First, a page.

template <> struct Arg <int> ...
template <> struct Arg <float> ...
// and so on...
template <typename T> struct Arg <Wrap<T> > ...

It's not ideal too (depends on how many "basic types" you expect to use)

3) Use IsDerivedFrom trick

template<typename T> struct Wrap { typedef T type; };
class IntArg: public Wrap<int> {};
class FloatArg: public Wrap<float> {};

template<typename D>
class IsDerivedFromWrap
{
    class No { };
    class Yes { No no[3]; }; 

    template <typename T>
    static Yes Test( Wrap<T>* ); // not defined
    static No Test( ... ); // not defined 

public:
    enum { Is = sizeof(Test(static_cast<D*>(0))) == sizeof(Yes) }; 
};


template<typename T, bool DerivedFromWrap> struct ArgDerived;

template<typename T> struct ArgDerived<T, false>
{
    static inline const T*   Ptr (const T* arg)
    {
        std::cout << "Arg::Ptr" << std::endl;
        return arg;
    }
};

template<typename T> struct ArgDerived<T, true>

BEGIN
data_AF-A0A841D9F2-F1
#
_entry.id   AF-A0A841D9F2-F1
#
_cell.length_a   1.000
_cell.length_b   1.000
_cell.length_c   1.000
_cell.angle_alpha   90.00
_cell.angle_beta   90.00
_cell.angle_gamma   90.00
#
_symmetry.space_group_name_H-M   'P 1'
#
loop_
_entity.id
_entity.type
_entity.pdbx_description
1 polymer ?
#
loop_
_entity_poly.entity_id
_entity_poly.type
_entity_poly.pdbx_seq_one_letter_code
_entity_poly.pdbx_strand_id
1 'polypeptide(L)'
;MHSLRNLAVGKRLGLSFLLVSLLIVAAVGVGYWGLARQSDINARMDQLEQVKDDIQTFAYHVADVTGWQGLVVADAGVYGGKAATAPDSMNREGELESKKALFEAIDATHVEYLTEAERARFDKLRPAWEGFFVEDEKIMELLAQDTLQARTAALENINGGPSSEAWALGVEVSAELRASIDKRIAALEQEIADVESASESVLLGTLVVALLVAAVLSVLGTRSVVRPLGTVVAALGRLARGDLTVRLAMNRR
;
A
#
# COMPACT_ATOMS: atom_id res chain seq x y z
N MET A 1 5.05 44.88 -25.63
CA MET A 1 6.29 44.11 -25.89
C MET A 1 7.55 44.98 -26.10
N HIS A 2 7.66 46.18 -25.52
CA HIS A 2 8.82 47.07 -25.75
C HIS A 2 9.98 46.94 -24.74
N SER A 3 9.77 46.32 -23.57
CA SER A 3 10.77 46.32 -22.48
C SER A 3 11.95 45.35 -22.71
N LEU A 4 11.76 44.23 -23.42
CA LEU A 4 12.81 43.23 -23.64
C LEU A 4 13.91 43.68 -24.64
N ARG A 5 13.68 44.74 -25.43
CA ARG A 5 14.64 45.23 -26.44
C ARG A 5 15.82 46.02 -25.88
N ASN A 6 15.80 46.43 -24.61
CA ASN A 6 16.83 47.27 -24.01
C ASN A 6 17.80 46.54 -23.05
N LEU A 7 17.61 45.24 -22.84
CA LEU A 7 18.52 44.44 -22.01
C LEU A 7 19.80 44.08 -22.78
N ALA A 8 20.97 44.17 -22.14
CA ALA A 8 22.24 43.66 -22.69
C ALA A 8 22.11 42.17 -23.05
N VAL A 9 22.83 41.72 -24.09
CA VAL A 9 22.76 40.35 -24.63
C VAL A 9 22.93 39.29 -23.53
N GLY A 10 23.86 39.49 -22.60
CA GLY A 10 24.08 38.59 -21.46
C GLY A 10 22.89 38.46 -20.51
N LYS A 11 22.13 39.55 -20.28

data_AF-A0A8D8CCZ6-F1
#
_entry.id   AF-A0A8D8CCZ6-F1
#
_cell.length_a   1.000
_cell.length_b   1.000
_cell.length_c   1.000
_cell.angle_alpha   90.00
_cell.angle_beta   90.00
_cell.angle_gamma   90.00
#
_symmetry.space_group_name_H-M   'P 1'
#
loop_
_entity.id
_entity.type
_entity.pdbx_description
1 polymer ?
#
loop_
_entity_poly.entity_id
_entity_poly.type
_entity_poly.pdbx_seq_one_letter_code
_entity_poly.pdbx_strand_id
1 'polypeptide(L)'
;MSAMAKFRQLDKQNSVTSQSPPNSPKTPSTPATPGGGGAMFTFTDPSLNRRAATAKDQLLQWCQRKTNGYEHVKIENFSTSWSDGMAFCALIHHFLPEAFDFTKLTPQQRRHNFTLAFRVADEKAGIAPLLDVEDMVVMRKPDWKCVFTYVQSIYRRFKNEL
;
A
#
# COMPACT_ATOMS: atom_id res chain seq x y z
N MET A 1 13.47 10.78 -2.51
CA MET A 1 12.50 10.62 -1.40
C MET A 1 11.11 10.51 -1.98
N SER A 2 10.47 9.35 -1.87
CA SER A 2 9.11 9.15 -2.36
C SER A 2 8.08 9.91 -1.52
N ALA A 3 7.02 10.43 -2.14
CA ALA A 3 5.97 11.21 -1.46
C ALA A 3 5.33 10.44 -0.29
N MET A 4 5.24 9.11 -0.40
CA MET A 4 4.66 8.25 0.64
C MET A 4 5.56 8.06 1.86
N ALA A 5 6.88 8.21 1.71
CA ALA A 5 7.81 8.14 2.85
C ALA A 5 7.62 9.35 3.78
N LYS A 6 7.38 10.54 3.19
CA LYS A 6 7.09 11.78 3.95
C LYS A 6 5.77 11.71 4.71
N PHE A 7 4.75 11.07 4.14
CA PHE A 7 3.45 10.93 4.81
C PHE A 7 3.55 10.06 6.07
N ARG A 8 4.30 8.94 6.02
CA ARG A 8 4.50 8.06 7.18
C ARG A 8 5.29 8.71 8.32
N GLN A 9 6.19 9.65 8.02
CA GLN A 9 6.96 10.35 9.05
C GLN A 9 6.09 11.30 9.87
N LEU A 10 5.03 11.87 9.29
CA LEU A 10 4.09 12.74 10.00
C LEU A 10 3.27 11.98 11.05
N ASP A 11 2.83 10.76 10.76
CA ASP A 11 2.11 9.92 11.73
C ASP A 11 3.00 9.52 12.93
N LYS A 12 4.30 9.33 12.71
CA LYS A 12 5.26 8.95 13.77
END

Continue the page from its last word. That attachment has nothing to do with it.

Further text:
{
    static inline const typename T::type* Ptr (const T* arg)
    {
        std::cout << "Arg<Wrap>::Ptr" << std::endl;
        return 0;
    }
};

template<typename T> struct Arg : public ArgDerived<T, IsDerivedFromWrap<T>::Is> {};

template<typename T>
void UseArg(T argument)
{
    Arg<T>::Ptr(&argument);
};

void test()
{
    UseArg(5);
    UseArg(IntArg());
    UseArg(FloatArg());
}

Calling test() outputs (as I understand that's your goal):

Arg::Size 
Arg<Wrap>::Size
Arg<Wrap>::Size

Extending it to work with more types like Wrap is possible, but messy too, but it does the trick - you don't need to do a bunch of specializations.

One thing worth mentioning is that in my code ArgDerived is specialized with IntArg instead of Wrap<int>, so calling sizeof(T) in ArgDerived<T, true> returns size of IntArg instead of Wrap<int>, but you can change it to sizeof(Wrap<T::type>) if that was your intention.

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As Nicht pointed out, the compiler doesn't search for specializations for any base classes.